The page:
Barry Stocker, a philosopher in Istanbul, makes the case for Foucault as phenomenologist:
My main thoughts are that Foucault is not the kind of social constructivist he is often taken to be; and that his epistemology can be better understood if it is interpreted in a Phenomenological context. The Phenomenological aspect of Foucault should orientate understanding away from intellectual construction to embodiment, the extended mind, and perceptibility. All the discussion of archeology, genealogy, the order of discourse and so on, can be better understood as bringing perception into the conceptual than as conceptual construction.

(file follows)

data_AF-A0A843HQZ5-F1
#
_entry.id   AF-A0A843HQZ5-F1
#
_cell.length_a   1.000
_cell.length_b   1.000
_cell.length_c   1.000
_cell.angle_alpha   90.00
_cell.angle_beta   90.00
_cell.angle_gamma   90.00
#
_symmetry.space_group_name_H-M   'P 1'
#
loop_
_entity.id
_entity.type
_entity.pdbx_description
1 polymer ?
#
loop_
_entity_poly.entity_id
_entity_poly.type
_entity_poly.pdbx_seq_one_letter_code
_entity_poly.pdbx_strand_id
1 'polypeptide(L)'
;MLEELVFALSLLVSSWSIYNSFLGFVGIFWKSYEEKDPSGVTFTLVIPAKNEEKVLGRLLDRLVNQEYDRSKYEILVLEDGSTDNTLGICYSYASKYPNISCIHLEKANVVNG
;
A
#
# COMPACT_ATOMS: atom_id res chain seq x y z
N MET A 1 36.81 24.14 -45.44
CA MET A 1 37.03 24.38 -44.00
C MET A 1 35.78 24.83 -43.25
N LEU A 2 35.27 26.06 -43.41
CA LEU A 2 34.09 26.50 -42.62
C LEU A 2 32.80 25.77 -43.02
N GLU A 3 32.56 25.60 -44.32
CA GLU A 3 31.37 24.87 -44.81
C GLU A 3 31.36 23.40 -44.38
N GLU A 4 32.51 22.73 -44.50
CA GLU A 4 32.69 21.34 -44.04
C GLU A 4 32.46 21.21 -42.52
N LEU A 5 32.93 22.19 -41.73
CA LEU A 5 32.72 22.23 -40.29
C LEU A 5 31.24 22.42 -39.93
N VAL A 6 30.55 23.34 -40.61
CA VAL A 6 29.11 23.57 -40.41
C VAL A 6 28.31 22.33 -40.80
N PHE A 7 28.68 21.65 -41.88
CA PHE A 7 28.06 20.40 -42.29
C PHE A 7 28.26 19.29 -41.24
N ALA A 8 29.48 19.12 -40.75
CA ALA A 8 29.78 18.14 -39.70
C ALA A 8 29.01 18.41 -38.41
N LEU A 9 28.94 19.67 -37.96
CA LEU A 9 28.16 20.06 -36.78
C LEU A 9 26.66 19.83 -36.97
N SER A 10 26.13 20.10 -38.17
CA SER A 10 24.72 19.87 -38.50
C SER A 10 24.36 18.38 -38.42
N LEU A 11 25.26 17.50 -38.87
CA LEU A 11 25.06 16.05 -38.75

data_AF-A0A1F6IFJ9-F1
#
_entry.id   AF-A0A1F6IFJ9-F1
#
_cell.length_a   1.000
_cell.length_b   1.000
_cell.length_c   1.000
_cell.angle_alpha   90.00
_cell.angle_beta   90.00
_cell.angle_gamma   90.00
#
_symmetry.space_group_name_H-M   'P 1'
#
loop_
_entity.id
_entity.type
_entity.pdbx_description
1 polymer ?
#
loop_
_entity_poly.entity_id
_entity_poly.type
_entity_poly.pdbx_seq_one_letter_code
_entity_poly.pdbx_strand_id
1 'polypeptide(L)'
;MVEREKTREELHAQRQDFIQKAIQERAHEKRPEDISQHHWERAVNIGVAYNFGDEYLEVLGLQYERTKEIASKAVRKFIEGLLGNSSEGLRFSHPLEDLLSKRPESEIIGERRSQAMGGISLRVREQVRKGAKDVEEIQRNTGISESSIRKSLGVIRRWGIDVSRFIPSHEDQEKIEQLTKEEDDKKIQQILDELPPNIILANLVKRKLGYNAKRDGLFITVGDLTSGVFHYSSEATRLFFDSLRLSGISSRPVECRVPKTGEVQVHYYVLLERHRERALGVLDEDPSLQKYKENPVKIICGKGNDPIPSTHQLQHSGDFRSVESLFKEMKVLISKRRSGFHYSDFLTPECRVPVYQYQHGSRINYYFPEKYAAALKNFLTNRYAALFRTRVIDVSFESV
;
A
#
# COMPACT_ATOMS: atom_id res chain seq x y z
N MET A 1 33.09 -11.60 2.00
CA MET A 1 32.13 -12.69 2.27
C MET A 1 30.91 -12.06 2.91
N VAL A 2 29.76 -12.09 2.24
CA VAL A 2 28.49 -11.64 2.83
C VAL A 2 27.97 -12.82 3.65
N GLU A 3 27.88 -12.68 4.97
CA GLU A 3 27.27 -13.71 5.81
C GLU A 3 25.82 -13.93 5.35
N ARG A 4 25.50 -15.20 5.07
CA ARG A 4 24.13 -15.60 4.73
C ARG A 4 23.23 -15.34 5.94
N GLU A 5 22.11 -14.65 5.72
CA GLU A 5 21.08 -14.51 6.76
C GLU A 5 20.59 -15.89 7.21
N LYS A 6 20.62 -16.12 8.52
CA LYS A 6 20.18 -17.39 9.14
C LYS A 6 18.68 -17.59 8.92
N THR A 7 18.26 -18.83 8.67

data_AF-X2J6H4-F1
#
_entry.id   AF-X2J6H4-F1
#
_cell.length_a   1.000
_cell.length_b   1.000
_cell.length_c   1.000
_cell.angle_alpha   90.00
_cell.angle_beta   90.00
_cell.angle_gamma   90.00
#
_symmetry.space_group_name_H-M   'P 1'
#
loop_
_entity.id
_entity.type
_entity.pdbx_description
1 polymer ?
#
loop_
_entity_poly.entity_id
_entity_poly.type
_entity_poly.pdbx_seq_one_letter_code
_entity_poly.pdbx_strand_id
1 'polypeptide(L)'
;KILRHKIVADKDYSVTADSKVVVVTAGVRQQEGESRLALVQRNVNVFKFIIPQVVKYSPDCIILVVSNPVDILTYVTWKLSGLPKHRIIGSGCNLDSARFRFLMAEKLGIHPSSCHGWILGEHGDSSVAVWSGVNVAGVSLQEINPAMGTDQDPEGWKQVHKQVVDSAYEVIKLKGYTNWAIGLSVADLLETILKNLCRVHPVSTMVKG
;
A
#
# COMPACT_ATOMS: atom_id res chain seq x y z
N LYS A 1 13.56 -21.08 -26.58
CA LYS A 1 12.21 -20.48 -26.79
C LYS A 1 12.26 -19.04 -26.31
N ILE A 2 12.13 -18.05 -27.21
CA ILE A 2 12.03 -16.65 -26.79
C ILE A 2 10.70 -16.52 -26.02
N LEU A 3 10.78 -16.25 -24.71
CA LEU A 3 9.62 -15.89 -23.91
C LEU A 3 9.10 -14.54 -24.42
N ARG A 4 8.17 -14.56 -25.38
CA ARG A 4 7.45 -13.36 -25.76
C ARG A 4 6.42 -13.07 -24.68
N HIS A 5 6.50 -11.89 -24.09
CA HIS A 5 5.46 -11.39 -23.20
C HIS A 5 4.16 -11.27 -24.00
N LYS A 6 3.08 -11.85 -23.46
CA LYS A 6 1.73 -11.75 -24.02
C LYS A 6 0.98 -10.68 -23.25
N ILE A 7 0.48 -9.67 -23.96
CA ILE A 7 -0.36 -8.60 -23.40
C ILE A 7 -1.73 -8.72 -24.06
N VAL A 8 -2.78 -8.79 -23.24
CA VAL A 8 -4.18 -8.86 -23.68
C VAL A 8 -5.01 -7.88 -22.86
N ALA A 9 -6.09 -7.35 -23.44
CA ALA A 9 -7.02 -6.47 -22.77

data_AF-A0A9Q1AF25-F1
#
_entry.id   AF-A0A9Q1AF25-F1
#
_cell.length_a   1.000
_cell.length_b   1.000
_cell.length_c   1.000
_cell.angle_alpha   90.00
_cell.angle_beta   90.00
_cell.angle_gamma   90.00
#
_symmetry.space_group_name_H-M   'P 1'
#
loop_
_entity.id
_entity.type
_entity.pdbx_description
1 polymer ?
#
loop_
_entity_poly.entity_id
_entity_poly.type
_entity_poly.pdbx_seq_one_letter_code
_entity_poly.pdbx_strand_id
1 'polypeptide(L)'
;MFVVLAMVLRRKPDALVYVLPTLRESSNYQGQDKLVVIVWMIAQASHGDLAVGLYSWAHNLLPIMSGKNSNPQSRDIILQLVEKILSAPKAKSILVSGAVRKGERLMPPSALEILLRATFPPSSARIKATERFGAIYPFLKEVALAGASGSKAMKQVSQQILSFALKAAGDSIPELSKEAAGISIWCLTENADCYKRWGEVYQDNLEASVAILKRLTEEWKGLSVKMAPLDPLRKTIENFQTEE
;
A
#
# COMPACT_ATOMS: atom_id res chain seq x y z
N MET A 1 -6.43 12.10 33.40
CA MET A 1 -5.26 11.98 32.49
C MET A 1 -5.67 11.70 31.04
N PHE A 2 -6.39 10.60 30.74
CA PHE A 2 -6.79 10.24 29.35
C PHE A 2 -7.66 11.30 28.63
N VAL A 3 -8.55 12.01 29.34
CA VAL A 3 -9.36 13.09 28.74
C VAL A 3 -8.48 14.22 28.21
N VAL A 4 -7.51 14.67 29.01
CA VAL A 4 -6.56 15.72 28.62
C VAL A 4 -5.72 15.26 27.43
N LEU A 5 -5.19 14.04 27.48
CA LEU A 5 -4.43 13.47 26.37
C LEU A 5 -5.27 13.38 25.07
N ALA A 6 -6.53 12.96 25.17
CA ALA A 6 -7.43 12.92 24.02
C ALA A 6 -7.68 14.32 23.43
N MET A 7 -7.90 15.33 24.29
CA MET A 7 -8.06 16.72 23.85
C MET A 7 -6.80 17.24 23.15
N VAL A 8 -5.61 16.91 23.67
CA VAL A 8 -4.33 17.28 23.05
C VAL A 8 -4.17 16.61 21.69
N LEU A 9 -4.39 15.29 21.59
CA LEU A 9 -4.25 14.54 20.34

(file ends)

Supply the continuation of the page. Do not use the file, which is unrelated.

Throughout the phases of his work, there is a constant underlying concern with Phenomenological themes. If he’s talking about abstract discourse or about punishment of criminals, Foucault is always concerned with the revelation of truth. Truth is appearing, there is a coming into light. The last phrase is very reminiscient of Heidegger. Heidegger turned Husserl’s abstract transcendental forms of Phenomenology into Being-in-the-world. Being-in-the-world is a big thought in Heidegger, but here we can say it includes the concrete experience of always existing in a world of care, concern and Being-with.
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